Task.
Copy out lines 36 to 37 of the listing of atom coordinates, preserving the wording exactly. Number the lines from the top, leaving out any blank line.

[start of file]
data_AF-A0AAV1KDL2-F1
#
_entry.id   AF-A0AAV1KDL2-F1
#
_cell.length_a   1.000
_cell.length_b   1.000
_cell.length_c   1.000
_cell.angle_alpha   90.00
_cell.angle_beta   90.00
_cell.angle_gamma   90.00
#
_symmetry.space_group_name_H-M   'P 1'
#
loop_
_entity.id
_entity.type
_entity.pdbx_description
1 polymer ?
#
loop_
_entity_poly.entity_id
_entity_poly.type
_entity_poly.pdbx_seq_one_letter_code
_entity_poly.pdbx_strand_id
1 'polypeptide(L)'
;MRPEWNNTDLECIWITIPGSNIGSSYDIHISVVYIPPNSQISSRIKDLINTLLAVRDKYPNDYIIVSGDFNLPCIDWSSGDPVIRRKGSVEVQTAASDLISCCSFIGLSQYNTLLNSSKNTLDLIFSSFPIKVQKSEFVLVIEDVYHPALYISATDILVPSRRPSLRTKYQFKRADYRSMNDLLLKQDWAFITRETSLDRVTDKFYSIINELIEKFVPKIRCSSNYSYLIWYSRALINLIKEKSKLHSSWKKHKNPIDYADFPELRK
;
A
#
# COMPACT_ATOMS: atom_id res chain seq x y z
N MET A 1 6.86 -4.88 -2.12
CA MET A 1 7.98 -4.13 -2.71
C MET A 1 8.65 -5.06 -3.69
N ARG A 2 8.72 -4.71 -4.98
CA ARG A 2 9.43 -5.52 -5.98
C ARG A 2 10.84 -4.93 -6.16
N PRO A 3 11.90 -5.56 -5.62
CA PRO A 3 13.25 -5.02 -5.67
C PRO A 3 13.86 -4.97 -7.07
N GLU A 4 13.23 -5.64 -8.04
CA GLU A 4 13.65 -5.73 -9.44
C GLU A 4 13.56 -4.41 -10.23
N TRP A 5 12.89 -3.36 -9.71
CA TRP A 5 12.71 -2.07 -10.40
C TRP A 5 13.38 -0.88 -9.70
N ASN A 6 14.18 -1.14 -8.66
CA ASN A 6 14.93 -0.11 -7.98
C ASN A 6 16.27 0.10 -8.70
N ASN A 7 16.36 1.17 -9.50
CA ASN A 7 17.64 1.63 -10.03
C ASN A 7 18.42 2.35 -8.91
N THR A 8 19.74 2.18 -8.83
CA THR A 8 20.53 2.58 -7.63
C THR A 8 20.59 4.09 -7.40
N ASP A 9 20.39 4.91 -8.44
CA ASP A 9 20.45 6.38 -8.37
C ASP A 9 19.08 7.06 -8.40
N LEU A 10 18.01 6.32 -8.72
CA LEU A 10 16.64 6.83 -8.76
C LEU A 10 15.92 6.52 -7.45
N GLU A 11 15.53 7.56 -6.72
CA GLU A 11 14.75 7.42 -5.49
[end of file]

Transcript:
C ARG A 2 10.84 -4.93 -6.16
N PRO A 3 11.90 -5.56 -5.62